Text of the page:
Andy Callison Project @ Rosemount Hotel, Perth (30/7/2007)

Stopping for one last local gig before embarking on a tour of the US, The Andy Callison Project rocked the Rosemount Monday night, delighting true fans, and those paying attention with their flawless performance of the songs off their self produced, Black Fingernails, Red Wine album and a couple of oldies for good measure.

There was a feeling of bemused disbelief among many of the patrons as The Andy Callison Project took the stage and began with Beating Like a Drum, and thanking Eskimo Joe for the loan of the equipment. They looked like the Eskies, and sounded like them, but there was no merch, and no screaming underage fans. Three songs in however, there was no doubt that this was going to be a rare treat, and the crowd settled in to enjoy it.

A slight technical hitch was adeptly covered by a fascinating tale of how Kav Temperley was inspired to write Black Fingernails, Red Wine when visiting the filthy Rosemount toilets during a previous gig. Adeptly covered that is, until Joel Quartermain pointed out that the next song was in fact going to be London Bombs. Ever comfortable with the crowd, they made a few jokes, and launched into an exceptional rendition of aforementioned song. When they reached Fingernails on the setlist, he repeated the story minus gory details, much to the relief of the Rosemount cleaning staff.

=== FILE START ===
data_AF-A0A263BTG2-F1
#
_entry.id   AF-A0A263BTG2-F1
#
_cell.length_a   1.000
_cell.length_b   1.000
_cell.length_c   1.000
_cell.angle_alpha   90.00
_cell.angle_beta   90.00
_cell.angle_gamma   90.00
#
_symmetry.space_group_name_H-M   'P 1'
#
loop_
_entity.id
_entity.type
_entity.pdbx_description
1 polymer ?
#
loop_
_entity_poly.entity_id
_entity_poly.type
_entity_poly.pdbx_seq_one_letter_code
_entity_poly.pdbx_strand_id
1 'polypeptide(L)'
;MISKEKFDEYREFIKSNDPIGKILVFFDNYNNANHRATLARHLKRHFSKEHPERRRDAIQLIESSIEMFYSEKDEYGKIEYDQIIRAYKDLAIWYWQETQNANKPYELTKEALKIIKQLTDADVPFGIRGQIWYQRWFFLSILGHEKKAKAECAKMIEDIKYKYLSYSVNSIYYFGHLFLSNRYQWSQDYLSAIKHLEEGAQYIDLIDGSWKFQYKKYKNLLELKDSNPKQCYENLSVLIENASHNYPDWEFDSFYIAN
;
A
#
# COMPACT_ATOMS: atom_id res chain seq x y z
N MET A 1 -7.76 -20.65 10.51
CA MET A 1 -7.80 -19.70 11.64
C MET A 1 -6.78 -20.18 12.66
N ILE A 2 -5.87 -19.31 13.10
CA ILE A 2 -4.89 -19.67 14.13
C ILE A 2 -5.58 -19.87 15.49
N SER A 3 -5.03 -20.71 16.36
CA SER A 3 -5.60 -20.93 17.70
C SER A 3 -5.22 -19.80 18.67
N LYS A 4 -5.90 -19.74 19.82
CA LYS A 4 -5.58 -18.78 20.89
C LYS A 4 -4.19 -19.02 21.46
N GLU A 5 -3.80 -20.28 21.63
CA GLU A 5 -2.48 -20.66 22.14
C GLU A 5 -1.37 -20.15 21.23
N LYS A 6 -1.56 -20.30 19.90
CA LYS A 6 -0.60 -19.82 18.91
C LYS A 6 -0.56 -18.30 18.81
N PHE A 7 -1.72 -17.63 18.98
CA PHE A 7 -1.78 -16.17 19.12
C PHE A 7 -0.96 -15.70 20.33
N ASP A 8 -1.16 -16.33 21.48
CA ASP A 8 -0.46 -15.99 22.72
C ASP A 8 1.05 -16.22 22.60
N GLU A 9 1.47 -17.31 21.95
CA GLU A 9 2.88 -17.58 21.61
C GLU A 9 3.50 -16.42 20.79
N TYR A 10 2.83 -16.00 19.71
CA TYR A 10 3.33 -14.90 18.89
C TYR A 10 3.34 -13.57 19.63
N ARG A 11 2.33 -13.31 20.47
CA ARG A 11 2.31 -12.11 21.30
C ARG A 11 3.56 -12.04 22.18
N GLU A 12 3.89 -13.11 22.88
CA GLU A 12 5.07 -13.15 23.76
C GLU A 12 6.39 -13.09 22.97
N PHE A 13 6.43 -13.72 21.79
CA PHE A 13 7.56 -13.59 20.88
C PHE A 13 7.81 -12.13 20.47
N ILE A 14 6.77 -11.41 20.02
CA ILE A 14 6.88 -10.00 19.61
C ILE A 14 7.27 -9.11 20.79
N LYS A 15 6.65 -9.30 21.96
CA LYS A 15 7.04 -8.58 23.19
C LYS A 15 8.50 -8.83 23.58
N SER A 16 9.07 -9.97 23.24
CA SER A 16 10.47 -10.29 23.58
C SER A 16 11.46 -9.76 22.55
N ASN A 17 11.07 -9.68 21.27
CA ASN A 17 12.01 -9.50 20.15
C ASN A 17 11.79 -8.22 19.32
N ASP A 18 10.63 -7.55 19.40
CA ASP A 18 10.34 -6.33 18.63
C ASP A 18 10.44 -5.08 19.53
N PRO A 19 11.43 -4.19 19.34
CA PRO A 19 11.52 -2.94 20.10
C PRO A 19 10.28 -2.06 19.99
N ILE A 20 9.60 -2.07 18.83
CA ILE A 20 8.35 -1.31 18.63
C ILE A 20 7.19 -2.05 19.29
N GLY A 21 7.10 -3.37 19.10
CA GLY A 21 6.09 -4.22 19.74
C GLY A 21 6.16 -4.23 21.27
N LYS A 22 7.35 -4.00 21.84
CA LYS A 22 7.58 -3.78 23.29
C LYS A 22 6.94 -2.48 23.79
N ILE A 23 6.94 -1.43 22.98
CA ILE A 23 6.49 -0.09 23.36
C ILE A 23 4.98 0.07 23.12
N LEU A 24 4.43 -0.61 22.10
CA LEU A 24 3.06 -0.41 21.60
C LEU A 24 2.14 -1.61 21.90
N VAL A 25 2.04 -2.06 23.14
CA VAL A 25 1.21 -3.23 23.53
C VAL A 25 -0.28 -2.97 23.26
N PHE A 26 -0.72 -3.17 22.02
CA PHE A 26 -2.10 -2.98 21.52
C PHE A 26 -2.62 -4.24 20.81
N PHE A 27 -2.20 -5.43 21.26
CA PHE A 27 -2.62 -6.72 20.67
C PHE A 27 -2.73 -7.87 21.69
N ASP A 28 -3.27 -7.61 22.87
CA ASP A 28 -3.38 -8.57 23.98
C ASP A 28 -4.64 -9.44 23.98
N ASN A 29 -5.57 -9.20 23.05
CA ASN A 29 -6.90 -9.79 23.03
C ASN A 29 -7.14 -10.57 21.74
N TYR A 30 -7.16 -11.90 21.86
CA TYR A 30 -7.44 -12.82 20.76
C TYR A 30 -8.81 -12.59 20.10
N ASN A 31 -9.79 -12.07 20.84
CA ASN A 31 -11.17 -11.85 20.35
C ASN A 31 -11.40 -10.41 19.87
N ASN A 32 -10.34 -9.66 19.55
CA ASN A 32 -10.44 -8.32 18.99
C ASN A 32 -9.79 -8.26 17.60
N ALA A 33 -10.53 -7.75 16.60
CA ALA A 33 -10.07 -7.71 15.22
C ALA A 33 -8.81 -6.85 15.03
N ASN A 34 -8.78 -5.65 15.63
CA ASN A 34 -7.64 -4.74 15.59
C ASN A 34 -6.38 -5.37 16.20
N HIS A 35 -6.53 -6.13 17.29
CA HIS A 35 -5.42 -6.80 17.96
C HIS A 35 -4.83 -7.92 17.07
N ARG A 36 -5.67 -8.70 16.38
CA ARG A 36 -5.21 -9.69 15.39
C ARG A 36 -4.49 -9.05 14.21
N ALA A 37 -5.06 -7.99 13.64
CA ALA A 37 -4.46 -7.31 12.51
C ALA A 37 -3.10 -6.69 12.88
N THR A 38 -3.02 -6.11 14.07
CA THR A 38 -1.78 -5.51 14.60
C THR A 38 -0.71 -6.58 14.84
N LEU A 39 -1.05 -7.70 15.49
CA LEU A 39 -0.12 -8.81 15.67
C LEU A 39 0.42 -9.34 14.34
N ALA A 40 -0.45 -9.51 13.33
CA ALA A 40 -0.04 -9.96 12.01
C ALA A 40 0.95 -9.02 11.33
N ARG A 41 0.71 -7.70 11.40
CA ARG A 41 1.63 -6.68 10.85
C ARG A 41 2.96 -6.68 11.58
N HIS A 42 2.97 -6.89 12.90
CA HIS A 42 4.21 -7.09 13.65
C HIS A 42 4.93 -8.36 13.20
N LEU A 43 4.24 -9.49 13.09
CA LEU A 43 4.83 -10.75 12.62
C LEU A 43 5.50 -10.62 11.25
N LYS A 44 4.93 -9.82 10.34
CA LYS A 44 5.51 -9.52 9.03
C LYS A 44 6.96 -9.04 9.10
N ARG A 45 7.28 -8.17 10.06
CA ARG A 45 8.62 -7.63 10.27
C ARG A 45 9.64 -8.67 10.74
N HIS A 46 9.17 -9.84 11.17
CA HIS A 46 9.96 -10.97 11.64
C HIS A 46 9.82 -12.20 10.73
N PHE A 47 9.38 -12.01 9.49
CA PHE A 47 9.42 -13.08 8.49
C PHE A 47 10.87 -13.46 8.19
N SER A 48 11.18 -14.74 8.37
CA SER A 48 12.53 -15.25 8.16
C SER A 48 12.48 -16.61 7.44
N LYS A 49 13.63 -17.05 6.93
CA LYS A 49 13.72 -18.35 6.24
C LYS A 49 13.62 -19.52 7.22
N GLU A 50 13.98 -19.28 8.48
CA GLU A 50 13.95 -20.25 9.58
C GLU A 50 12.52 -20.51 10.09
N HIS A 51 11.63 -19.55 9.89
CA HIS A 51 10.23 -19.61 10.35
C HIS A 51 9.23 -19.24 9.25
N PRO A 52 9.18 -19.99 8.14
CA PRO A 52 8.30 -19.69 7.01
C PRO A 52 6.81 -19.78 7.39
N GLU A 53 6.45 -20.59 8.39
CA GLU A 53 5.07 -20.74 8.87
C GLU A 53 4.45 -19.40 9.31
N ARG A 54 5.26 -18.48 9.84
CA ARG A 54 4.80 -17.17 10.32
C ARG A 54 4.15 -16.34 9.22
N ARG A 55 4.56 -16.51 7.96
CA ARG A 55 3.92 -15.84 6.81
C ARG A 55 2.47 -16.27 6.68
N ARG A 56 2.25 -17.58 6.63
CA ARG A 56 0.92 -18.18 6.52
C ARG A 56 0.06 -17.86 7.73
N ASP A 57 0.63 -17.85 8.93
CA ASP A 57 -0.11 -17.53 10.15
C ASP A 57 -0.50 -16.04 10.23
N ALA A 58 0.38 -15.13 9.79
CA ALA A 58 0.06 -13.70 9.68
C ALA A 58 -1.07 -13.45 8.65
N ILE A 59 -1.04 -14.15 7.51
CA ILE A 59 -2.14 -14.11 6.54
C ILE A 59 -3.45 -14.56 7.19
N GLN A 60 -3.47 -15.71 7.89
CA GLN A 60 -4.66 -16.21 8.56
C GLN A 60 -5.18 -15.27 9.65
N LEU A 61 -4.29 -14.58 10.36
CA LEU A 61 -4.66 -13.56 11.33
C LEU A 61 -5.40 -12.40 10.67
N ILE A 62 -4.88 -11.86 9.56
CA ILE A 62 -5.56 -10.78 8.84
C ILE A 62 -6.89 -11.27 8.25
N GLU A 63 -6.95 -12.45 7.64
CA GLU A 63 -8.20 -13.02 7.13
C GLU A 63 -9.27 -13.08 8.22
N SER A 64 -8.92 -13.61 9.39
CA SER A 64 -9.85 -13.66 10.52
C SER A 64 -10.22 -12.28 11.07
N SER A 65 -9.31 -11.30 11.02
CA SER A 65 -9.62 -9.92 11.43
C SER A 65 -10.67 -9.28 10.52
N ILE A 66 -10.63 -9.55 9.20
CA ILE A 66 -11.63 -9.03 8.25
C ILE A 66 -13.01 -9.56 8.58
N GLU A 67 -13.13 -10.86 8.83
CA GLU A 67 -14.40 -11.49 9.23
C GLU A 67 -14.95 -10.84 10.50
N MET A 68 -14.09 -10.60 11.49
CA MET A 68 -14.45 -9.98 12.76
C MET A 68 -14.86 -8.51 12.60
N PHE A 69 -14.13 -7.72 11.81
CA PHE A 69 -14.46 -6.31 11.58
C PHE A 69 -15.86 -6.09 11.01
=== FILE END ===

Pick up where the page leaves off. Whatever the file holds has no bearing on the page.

There were plenty of scarves evident in the medium-sized crowd, who stood rapturously at the stage grateful to be able to see the Freo boys one last time before they go off to share their talents with the world. There wasn’t a lot of dancing, but the grins illustrated how glad everyone was to be a part of a privileged few who were able to see a massive band for a meager $15. If it weren’t for the price of the drinks, it might have been a private lounge-room show.

By far and away the stand-out track of the night was I’m So Tired, where Quartermain put down his guitar and showed off his multi-instrumental skills. Firstly by playing a keyboard duet with Lee Jones (Spencer Tracy, The Sleepy Jackson, Astronaut) from the wrong side of the keys, and then picking up a second set of drumsticks and joining Shaun Sibbes for an energetic and infinitely danceable drumming display.

Judging by the number of over 50s, the distinctive noses, and the fact that many of them watched attentively and appreciatively without feeling the need to clap and scream wildly; the band’s family and friends made up a good proportion of the audience as well.

At least one fan left disappointed after requesting at the top of her lungs that they “Play Sweater!” a request that was not obliged. It is not surprising; they have come a long way since that early release, both in performance and composition. Although the oldies will remain favourites for their earliest fans, it is likely that they will only ever be dredged up for the home crowds, while the overseas market is treated to a more mature selection.

They will be in the US for the next month and will doubtless be as well loved abroad, as they are at home.